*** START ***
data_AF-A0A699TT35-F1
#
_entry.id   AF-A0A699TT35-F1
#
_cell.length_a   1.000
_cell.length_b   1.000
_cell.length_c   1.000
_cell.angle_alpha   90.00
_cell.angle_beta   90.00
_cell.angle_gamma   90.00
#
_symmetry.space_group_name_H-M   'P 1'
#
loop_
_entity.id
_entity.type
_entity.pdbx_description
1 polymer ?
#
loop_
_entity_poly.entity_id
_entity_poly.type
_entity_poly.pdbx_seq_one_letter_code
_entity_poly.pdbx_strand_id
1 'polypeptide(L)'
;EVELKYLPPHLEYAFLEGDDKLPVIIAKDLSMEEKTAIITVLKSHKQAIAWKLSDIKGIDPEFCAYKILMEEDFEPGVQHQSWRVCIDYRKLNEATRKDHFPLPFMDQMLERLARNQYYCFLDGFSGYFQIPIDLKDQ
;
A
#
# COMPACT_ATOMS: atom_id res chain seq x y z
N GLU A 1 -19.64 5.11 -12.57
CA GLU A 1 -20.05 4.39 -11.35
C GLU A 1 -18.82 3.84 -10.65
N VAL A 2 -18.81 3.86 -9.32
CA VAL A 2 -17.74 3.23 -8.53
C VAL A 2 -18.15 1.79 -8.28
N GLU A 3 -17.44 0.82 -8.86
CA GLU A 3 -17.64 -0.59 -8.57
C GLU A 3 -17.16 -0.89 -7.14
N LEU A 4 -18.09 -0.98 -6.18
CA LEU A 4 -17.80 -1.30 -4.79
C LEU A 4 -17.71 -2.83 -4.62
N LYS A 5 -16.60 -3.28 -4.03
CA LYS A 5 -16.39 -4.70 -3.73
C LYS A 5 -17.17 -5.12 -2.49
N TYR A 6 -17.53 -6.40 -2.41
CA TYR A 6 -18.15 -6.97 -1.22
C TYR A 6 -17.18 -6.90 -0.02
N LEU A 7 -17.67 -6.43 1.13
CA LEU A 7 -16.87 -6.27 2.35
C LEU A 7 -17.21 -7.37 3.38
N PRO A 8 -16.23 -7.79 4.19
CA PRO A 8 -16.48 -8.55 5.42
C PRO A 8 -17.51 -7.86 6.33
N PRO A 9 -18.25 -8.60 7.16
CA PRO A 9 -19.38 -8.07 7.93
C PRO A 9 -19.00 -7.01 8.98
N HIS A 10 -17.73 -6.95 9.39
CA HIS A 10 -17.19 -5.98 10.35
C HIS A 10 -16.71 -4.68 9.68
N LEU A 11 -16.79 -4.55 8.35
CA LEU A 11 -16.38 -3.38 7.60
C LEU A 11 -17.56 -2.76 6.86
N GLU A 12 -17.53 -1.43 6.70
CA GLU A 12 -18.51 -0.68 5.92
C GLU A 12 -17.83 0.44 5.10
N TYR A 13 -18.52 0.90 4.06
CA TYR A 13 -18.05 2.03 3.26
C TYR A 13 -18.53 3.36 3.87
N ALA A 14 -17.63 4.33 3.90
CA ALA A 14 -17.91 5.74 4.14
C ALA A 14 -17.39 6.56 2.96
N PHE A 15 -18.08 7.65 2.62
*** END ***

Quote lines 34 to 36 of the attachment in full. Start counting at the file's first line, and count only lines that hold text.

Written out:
N VAL A 2 -18.81 3.86 -9.32
CA VAL A 2 -17.74 3.23 -8.53
C VAL A 2 -18.15 1.79 -8.28